"Can I trust you?" A brief guide to supplier credit ratings

Posted by Nick Buckingham on 15/12/15 12:00

--united.local-dfs$-usr-uk-ukevajon-my_documents-my_pictures-monopoly_money.jpgOur people are often asked by our purchasing department whether a supplier is suitable for our company to use for a project. To try and help others in the same position as us, I have put together a quick run down of what we look for when selecting a supplier.

Selecting a supplier

Aside from the cost and delivery of the product, what criteria can be applied in the decision making process?

A technical appraisal of the particular product and company is an obvious first step:

  • Has the supplier tested and independently certified the product?
  • Does the product’s performance meet our requirements?
  • What are the shortcomings of the product?
  • What are the shortcomings of the supplier?

It is generally relatively straightforward to get answers to these questions, except for the last one. This is because, if a company is doing badly, the last thing it wants is for their customers to know about it. So if a company is in trouble, how can you tell?

How can you tell if a supplier is in trouble?

We at Colt ensure our supply chain is robust and our customers have the ability to pay their debts when they become due by using Credit Agencies to support our credit management systems. The Dun & Bradstreet credit rating system acts as a starting point to decide whether the organisation is suitable to do business with. It is important that a supplier, or a customer for that matter, is solvent and capable of meeting all of its obligations under the contract and that any warranties that have been provided on the product are worth the paper they are written on.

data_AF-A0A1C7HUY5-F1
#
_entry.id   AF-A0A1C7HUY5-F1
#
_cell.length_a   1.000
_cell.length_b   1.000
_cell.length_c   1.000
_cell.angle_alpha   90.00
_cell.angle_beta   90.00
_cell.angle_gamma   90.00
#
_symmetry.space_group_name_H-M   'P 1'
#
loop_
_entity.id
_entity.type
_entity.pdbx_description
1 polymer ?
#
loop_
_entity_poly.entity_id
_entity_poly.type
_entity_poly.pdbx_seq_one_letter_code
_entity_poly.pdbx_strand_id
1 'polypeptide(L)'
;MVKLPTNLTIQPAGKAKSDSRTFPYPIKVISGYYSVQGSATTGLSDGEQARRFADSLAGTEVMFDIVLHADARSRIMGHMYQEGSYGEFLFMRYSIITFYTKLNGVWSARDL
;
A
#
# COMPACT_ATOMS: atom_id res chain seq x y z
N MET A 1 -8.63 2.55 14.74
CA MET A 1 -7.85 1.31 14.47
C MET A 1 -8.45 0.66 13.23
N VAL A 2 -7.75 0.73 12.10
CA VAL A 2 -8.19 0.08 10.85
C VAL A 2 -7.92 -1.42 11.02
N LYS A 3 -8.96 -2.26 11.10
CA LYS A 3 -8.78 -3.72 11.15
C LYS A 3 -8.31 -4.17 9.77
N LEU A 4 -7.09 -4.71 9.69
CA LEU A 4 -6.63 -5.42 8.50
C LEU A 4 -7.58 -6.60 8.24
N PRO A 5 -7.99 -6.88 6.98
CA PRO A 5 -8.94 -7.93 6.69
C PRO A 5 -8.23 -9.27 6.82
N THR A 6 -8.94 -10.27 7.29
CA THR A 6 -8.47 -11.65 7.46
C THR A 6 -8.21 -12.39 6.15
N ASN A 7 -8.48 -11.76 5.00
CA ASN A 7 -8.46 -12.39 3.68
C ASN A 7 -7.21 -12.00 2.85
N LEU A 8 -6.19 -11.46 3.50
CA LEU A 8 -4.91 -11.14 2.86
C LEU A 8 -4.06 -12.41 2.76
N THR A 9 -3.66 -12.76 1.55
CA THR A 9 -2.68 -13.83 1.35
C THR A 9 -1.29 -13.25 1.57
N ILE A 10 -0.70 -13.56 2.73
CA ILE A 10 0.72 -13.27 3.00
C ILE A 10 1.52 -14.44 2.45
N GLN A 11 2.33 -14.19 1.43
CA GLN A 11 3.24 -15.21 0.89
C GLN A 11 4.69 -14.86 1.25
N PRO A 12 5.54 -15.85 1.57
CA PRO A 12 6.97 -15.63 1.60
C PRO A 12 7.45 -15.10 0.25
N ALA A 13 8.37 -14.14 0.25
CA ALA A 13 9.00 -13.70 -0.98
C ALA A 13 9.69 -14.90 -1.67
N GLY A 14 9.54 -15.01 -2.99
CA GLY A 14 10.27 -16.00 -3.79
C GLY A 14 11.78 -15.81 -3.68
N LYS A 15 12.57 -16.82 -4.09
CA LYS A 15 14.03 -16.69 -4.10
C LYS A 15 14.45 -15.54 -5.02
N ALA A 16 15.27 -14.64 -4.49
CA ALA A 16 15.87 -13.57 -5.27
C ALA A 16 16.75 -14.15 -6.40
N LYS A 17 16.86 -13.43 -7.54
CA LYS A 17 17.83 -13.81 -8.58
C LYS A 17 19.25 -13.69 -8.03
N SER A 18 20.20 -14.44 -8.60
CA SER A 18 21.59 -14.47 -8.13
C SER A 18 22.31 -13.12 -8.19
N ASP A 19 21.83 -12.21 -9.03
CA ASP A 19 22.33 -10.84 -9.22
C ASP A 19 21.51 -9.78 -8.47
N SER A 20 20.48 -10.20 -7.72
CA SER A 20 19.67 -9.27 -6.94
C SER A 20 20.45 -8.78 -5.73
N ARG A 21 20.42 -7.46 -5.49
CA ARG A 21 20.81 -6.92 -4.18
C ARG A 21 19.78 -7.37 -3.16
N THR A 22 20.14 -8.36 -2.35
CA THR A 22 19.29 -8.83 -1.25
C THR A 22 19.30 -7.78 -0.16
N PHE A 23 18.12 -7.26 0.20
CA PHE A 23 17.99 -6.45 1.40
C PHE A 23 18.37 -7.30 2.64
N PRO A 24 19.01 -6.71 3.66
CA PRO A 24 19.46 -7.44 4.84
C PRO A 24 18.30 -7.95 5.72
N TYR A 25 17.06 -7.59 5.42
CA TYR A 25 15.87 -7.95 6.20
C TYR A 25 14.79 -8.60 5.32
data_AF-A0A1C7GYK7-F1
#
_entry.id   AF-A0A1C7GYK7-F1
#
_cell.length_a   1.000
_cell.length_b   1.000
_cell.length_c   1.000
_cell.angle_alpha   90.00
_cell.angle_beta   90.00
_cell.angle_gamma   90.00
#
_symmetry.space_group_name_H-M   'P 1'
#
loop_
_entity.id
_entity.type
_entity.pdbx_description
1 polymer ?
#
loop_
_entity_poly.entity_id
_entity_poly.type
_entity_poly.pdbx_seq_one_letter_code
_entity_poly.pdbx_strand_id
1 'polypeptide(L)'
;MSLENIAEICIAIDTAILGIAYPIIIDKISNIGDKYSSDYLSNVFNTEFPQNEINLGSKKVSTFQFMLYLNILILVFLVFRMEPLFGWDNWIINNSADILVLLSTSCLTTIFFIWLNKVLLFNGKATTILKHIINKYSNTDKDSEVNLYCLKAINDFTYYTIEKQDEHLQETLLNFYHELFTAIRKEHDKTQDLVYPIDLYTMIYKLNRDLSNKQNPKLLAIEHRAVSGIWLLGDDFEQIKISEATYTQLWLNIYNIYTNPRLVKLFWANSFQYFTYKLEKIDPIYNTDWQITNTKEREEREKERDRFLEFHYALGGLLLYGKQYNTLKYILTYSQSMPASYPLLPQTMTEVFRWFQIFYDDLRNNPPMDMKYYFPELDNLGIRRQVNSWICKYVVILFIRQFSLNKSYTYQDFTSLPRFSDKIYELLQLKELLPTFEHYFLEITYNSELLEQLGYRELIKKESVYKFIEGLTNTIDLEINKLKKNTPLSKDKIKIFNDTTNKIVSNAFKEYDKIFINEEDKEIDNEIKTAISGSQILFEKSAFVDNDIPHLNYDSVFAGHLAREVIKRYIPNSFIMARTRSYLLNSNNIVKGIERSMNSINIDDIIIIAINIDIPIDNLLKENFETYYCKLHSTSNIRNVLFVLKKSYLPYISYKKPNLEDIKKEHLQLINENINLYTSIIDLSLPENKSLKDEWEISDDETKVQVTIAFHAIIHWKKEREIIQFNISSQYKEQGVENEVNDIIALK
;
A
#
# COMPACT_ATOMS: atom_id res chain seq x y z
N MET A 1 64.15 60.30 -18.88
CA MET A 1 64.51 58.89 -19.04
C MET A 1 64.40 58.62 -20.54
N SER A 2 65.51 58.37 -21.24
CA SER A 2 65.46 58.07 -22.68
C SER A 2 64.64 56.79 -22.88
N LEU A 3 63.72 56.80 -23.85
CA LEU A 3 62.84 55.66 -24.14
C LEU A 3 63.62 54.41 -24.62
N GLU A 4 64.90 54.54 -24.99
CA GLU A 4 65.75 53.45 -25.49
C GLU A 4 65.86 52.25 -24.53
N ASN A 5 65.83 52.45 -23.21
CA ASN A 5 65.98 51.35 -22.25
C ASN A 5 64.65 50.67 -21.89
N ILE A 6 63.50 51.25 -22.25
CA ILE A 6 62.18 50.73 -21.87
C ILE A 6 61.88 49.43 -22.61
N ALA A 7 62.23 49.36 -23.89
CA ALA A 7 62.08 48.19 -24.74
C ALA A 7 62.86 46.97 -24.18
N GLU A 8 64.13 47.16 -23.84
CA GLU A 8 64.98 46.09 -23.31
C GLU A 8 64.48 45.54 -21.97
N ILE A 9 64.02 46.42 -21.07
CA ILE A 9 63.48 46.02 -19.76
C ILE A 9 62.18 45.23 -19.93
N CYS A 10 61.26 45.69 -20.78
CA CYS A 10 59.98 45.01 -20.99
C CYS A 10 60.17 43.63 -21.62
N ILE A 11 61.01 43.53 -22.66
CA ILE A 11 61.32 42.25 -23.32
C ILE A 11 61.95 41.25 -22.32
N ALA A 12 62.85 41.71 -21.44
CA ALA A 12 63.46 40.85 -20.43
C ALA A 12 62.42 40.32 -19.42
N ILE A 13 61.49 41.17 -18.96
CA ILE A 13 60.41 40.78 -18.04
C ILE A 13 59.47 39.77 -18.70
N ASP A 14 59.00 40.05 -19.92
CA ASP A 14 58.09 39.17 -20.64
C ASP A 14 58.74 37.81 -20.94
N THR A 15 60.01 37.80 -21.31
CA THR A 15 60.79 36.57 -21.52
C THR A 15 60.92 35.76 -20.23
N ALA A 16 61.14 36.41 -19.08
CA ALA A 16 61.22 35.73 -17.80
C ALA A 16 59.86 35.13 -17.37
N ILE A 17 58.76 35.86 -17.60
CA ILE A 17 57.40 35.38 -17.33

What do credit ratings mean?

In the words of Dun & Bradstreet, the credit rating is an insight into the failure risk of a company.

Financial strength and risk indicator. The credit rating is based on a company’s latest published accounts and comes in the form of a financial strength code and a risk indicator. This indicator will provide a rating of 1 to 4, whereby 1 is the lowest risk and 4 the highest. Companies with a 4 rating and a low level of financial strength carry a significant level of risk, and guidance should be sought regarding extending credit facilities.

Failure score. The report also provides a failure score out of 100, which measures the way a Company manages its debts and pays its suppliers. A score below 50 would suggest that the Company is experiencing financial difficulties and as such caution should be taken when extending credit facilities.

To learn more about D&B Scores and Ratings, visit their web page: http://www.dnb.co.uk/rating.asp

Interpreting D&B credit ratings: Colt

For example, Dun & Bradstreet’s Financial Strength indicator for Colt is 3A, which means that our tangible net worth is in the category from 7 to 15 million pounds; our Risk Indicator is 1, which is the best, as it indicates a minimum risk; and our Failure Score is 100 out of 100, indicating the lowest possible risk.

Related news: Excellent credit rating for Colt

Nick_Buckingham-832840-edited.jpg Nick Buckingham is Managing Director of Colt International UK..

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Topics: Regulations